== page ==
Sunday, April 12, 2009

How Lee Kuan Yew's son will "Fix" Kenneth Jeyaretnam!

Ladies and Gentlemen,

At a PAP rally during the last elections, Lee Kuan Yew's son, whom he placed as Prime Minister of Singapore made his plans very clear. It is all right, he said, if there were one or two suppliant opposition members such as Loh Thia Khiang and Chiam See Tong. If there were any more, he said, he will "have to fix them and buy over his voters"! We know from Singapore's sad history that this is not just rhetoric, it is real.

As long as you are no real threat to them, such as Loh Thia Khiang who has given up fighting the PAP, you are welcome and will face no harm. But if you happen to be a true defender of the people, then you are in for trouble, big trouble. Especially so if you have the abilities and qualifications to go with it.

Kenneth's father, the late JBJ suffered a great deal of "fixing". He was repeatedly sued, fined and imprisoned for no rime or reason, and effectively kept out of Parliament. Francis Seow, the former Solicitor General was arrested after he stood for elections. Had he not fled Singapore he would still be in a Singapore jail. He too was effectively "fixed". Tang Liang Hong was "fixed" with criminal charges and defamation charges just because he had lodged a police report against Lee Kuan Yew senior. Dr. Chee soon Juan, a highly qualified nueropcychologist, of the Singapore Democratic Party continues being "fixed" even now as he undergoes a "fixed" legal proceeding for a peaceful protest. I too was "fixed" more than once for allegedly being in contempt of the Singapore's courts.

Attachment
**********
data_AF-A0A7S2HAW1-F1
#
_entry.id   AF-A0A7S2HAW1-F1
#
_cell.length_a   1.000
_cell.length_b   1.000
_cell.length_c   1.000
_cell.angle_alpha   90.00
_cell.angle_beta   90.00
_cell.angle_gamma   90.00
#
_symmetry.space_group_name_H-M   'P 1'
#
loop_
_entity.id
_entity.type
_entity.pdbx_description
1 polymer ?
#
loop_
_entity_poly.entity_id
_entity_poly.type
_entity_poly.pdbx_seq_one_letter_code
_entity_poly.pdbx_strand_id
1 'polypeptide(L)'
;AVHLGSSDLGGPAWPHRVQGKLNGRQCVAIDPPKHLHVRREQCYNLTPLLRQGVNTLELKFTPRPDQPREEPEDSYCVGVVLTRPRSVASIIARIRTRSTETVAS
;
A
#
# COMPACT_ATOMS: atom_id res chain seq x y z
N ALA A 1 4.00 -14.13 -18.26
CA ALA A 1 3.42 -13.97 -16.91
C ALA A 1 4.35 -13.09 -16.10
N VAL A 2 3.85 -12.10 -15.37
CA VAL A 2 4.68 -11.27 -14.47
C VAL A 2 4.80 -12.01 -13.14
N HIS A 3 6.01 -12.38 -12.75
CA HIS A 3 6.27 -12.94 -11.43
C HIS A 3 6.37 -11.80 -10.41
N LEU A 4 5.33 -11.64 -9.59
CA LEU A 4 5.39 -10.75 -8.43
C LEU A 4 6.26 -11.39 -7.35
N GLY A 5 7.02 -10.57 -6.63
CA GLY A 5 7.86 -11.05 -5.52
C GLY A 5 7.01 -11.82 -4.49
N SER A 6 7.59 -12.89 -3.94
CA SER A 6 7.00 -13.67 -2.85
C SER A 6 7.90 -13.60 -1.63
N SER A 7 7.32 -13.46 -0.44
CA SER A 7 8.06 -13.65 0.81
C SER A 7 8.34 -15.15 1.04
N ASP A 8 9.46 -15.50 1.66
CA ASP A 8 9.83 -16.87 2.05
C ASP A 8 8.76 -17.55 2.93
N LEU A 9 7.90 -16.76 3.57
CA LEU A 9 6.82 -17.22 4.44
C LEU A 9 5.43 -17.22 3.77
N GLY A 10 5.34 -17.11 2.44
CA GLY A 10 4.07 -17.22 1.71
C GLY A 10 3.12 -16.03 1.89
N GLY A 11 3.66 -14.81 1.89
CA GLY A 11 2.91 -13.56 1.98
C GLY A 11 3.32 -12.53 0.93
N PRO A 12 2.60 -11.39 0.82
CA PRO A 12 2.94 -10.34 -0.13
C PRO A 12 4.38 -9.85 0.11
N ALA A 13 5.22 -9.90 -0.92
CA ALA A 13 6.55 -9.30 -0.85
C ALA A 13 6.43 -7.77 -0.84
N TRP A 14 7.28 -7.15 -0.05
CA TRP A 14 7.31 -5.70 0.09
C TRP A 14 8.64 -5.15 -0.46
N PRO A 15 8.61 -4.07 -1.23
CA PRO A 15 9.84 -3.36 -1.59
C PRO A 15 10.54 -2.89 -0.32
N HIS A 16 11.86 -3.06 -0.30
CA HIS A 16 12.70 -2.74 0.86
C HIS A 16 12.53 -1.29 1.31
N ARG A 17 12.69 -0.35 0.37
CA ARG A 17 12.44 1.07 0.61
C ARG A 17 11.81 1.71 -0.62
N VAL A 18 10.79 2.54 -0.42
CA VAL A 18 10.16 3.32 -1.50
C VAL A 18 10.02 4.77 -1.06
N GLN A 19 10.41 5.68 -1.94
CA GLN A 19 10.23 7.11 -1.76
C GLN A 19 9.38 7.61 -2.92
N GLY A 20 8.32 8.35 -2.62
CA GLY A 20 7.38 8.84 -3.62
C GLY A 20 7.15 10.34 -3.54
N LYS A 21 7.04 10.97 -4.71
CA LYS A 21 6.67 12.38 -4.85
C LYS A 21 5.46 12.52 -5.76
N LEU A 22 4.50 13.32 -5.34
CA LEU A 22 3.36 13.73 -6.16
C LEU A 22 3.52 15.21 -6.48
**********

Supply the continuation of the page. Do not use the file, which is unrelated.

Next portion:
The one common thread among all these people who have so far been "fixed" by either Lee Kuan Yew or his son is this. They were all made of the real stuff; meaning they really wanted to further the people's cause; not the sort of half hearted opposition like Loh Thia Khiang of the Workers Party.

Kenneth Jeyaretnam has not said whether he intends to contest the coming elections. So we don't know one way or the other. But if he does intend to contest the elections and if he is the made of the real stuff, that is, if he truly intends to defend the people's rights, then I can tell you this much. He will be "fixed" just as all the others before him. Just as his father was "fixed".